What do you mean, you ‘heard voices’?

When my truck ran off the road. When everything was going dark.

What did they say?

They said, “He’s in trouble. We have to get him off the road.”

Did you…did you recognize the voices? Do you think that maybewell, it could have been just the EMTs…

He shook his head. All I know is, I heard them when I was driving and I thought, if I can just get over there to the grass, to that little hill… where that sunset is…everything will be okay.

He left me staring after him as he headed out to the park for the eight-mile hike he makes now, several times a week.

He’s in trouble. We have to get him off the road…

Everything aligned for him. Everything.

I ponder the mystery of memory, and the miraculous…in ceaseless awe that he is returned to us, restored, rejuvenated, whole.

In his own words, with his characteristic wit and big, contagious laughter, as “a member of the Lazarus Club.”

*******

Photo is entitled “The Day Black with Night” and is in the public domain on Creative Commons with this verse: “Go for help to Him who makes Orion and the Pleiades, by whom the deep dark is turned into morning, who makes the day black with night; whose voice goes out to the waters of the sea, sending them out over the face of the earth: the Lord is His name.” —Amos 5:8.

The annual Slice of Life Story Challenge with Two Writing Teachers is underway, meaning that I am posting every day in the month of March. This marks my fifth consecutive year and I’m experimenting with an abecedarian approach: On Day 22, I am writing around a word beginning with letter v.

Awe: The blue hour

In continuation of a series of posts on my guiding word for 2021, awe, I am celebrating the power of poetry.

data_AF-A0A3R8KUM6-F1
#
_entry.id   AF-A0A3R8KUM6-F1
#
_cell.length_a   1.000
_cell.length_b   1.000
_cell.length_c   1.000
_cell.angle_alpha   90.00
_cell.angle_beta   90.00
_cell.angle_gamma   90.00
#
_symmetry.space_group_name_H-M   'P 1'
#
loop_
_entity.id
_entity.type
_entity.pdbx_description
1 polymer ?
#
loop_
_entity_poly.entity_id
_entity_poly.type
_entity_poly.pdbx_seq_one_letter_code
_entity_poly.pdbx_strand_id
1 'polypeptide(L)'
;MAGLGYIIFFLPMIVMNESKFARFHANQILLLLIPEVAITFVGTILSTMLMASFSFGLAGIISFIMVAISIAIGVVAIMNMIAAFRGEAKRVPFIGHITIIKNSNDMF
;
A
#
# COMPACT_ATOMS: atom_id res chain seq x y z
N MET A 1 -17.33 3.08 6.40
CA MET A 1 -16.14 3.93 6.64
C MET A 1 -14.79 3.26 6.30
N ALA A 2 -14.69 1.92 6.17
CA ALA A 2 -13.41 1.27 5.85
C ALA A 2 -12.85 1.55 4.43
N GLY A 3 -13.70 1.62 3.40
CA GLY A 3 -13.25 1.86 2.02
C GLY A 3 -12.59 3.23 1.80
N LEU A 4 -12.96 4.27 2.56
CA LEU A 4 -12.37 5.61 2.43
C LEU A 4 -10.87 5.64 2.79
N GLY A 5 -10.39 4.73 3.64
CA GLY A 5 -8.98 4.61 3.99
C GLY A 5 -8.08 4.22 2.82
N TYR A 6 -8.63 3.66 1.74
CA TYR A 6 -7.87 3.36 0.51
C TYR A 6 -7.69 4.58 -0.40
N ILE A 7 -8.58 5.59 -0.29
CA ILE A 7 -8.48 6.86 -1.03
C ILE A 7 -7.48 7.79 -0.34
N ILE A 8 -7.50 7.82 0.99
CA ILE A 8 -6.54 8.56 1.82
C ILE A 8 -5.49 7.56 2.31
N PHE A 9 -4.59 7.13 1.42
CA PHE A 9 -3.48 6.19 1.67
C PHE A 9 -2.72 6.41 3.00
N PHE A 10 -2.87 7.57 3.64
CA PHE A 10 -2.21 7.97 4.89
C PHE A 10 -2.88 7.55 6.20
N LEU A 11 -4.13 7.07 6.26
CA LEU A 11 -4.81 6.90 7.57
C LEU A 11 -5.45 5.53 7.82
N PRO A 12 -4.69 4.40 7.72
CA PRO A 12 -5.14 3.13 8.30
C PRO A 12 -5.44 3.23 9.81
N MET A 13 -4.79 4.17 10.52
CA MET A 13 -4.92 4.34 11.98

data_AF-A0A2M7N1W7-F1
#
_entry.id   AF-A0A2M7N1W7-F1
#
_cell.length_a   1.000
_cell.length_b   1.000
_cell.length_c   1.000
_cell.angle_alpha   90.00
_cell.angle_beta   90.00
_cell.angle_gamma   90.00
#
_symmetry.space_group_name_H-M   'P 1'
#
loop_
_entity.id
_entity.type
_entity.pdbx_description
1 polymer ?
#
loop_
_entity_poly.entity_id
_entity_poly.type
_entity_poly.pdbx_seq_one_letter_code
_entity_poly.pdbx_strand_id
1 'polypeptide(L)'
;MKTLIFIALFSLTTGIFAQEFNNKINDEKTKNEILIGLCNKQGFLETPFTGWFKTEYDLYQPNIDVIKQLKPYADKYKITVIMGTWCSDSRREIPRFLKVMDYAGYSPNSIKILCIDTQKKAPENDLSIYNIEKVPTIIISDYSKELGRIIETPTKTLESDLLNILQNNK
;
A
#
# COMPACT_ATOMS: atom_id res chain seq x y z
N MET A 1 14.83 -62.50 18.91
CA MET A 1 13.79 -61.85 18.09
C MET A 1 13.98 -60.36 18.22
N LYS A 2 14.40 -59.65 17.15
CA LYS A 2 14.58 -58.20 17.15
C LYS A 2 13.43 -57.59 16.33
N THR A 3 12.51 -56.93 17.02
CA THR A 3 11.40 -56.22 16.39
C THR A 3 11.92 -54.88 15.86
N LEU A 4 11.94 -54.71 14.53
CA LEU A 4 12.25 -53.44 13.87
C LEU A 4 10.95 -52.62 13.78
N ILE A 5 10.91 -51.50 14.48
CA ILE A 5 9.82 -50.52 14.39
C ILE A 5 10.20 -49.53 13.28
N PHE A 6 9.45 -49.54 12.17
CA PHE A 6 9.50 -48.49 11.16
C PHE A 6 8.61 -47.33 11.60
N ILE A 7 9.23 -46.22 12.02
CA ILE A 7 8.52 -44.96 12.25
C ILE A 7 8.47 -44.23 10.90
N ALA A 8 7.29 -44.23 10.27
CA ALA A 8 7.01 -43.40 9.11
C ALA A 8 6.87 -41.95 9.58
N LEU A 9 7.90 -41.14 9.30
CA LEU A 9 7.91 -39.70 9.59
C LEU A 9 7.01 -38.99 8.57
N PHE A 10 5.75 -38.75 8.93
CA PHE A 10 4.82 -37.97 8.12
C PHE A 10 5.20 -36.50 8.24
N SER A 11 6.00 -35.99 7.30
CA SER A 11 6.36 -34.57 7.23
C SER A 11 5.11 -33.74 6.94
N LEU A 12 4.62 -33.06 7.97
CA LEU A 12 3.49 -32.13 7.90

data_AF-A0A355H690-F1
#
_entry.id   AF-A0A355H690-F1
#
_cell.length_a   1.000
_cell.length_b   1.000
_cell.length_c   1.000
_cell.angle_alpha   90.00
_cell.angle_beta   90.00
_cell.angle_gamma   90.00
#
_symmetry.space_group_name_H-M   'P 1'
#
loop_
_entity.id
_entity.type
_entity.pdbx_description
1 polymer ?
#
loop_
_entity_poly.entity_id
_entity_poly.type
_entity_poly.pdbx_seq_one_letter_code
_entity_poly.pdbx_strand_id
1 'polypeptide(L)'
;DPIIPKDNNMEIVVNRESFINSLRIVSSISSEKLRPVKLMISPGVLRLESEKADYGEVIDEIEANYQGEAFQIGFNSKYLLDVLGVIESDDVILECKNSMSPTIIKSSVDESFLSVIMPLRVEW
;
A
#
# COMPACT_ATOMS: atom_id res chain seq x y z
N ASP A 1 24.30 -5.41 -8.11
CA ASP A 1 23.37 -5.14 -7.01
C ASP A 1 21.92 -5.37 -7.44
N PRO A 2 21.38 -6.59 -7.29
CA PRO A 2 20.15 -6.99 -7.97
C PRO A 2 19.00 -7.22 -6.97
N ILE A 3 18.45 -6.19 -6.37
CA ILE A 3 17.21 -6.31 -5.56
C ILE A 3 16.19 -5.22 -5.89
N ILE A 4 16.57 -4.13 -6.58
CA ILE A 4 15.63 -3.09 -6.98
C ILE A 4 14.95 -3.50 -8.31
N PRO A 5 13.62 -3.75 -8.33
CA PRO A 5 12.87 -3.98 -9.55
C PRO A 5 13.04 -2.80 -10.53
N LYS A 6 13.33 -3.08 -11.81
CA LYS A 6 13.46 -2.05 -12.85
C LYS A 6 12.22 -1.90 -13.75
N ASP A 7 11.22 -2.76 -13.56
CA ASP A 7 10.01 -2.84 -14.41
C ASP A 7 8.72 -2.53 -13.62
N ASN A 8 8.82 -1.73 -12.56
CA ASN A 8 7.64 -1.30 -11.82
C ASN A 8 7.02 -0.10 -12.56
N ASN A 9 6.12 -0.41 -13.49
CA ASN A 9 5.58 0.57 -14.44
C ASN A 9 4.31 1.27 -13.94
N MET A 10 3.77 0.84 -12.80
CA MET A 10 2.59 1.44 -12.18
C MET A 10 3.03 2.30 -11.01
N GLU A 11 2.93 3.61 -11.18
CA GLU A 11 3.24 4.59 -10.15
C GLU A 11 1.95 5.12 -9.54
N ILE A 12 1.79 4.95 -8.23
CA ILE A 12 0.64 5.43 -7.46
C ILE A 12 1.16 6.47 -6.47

For who among us was not filled with awe, listening to Amanda Gorman reading her inaugural poem?

Once again, we experience what words can do to inspire, unite, and heal.

Poems also paint a vision. Of things remembered, things hoped for things, things imagined…

Much as artists do on canvas.

Last year Vincent van Gogh’s “The Starry Night” took on a special significance for me. I wrote about it in The portal. For me, “The Starry Night” has become a symbol of looking beyond.

Van Gogh painted it while in the asylum of Saint-Paul-de-Mausole. He didn’t paint what he saw from his windows, but what he imagined, maybe what he dreamed for, hoped for, in the innermost part of his suffering heart. Perhaps it was an act of faith.

All those blues and the night remind me of “the blue hour,” loosely defined as the time when blue wavelengths of the subhorizon sun paint the landscape at dawn or dusk.

Perhaps this had a hand in my recent spontaneous sketch of my word for 2021, awe. I depicted it as a sunrise, or maybe a sunset.

So now I ask myself: How is it that I imagine a rising or setting sun as “awe” in a metaphorical way? I think of van Gogh’s starry night, the blue hour, and the imaginings, the hopes, of my heart…which have turned into a prayer for the repairing of relationships. Does love not conquer all? What inspires more awe than that?

And so I wrote a poem.

I wove some of van Gogh’s quotes into it:

A great fire burns within me, but no one stops to warm themselves at it, and passers-by only see a wisp of smoke